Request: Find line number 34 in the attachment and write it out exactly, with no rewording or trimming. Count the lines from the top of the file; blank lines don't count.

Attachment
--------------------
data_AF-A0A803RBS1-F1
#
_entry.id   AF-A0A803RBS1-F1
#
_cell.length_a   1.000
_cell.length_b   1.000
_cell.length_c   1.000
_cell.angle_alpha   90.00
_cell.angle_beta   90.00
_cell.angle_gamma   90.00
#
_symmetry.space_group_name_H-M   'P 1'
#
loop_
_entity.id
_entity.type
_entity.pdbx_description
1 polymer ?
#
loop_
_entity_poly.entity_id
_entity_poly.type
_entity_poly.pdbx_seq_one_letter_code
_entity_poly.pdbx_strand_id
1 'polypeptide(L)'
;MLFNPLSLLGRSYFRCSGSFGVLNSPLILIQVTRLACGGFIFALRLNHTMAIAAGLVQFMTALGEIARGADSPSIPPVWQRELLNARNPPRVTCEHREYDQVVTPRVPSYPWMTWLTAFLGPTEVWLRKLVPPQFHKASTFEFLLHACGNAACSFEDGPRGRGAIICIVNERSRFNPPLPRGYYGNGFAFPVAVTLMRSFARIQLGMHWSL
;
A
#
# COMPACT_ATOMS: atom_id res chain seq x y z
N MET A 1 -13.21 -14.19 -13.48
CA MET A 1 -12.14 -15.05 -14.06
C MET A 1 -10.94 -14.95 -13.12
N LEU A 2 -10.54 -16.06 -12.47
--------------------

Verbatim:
N LEU A 2 -10.54 -16.06 -12.47